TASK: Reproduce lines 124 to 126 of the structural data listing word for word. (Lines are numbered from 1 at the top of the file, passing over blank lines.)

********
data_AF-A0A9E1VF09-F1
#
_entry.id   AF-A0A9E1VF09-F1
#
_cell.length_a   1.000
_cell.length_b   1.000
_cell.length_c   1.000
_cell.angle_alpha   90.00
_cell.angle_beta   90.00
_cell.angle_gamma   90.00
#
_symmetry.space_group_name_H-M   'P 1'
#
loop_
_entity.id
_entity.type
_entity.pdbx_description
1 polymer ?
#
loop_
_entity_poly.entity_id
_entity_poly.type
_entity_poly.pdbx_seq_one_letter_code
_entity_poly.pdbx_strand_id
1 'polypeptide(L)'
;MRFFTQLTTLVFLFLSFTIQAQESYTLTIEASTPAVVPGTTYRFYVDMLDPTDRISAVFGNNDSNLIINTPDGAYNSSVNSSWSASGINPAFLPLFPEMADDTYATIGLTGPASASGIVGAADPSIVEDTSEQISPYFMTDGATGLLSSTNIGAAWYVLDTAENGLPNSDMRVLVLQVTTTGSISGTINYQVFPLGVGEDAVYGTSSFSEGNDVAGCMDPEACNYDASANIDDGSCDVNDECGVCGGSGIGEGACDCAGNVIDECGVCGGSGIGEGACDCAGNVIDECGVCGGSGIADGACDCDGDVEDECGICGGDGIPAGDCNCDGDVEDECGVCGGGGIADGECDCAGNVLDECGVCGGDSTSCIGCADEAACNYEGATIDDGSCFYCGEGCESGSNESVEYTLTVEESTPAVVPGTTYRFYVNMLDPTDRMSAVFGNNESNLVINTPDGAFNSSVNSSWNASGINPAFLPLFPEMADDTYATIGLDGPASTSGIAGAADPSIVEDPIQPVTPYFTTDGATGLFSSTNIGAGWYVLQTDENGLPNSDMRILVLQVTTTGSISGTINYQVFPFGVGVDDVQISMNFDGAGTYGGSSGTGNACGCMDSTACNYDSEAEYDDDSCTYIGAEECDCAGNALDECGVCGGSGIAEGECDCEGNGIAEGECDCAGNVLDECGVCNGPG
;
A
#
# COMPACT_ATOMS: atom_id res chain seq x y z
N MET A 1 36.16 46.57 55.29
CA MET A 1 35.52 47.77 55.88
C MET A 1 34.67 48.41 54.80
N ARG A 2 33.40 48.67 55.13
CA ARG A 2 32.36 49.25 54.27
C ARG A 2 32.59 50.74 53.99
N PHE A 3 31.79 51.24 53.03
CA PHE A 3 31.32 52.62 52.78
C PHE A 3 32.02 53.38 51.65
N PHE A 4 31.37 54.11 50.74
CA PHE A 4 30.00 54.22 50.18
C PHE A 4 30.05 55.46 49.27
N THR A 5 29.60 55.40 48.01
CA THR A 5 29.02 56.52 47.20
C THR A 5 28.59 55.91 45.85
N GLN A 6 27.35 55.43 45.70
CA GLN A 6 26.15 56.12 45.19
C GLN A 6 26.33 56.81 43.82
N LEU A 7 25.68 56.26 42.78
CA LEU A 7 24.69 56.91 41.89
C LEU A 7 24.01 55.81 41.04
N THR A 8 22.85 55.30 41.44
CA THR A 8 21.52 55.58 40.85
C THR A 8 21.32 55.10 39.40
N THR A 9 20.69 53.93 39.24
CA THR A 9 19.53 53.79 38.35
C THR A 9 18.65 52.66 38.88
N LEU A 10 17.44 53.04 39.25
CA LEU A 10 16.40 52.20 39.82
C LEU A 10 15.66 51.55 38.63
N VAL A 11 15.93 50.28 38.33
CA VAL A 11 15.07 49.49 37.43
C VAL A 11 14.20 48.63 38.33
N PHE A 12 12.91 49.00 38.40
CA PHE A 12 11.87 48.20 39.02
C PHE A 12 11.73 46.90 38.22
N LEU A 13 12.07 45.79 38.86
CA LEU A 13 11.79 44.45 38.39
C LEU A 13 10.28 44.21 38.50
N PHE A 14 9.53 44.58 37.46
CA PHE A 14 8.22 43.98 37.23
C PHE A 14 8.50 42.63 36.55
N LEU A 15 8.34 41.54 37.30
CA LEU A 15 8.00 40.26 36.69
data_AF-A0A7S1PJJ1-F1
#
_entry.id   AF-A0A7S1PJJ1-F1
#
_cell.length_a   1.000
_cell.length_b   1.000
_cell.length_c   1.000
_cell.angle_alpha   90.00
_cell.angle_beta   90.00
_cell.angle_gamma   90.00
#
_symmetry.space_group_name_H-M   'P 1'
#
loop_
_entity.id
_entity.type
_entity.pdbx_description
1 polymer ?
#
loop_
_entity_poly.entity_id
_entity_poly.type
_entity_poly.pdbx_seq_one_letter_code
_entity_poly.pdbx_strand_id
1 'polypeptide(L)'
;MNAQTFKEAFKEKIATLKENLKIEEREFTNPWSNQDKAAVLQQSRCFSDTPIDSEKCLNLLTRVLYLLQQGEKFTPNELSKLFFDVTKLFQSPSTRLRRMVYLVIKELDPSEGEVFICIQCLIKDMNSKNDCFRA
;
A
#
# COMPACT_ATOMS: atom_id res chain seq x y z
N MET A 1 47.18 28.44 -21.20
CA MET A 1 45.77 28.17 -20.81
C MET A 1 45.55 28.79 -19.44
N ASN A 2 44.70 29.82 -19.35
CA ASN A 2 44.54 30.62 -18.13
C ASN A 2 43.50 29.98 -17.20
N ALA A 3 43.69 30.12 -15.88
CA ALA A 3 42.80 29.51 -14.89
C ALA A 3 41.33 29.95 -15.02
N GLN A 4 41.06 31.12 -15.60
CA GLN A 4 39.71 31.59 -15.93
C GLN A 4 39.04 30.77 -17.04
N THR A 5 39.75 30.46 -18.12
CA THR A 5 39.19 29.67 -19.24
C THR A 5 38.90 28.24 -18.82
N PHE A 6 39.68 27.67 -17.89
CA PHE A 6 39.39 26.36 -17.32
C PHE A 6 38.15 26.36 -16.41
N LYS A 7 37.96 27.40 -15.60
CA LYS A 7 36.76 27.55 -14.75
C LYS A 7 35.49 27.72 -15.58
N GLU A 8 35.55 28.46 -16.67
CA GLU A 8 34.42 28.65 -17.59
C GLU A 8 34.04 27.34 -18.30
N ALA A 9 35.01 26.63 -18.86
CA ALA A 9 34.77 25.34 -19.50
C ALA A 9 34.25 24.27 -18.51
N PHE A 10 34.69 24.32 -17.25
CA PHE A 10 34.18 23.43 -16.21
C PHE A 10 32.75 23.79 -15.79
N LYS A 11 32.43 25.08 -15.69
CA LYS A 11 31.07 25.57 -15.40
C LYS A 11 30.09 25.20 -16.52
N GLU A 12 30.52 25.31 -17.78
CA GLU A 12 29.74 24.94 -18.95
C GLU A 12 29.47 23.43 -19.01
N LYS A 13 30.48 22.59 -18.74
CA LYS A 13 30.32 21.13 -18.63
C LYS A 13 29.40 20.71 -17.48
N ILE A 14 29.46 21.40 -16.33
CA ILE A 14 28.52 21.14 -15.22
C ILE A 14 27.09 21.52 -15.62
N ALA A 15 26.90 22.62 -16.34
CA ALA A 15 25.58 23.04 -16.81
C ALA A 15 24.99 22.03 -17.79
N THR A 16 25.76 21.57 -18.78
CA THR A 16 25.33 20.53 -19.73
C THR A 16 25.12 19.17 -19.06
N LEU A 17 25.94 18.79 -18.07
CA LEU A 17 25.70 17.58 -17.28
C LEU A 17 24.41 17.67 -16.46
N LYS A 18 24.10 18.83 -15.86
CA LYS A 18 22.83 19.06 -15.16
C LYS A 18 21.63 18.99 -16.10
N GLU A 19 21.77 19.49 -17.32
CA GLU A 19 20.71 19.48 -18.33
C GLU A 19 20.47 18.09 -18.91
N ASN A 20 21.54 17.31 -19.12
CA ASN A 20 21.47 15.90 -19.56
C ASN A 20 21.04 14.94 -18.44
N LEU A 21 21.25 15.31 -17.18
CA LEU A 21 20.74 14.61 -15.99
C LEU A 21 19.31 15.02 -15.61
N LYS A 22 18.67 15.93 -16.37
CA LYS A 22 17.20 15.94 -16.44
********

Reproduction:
CA LYS A 7 36.76 27.55 -14.75
C LYS A 7 35.49 27.72 -15.58
N GLU A 8 35.55 28.46 -16.67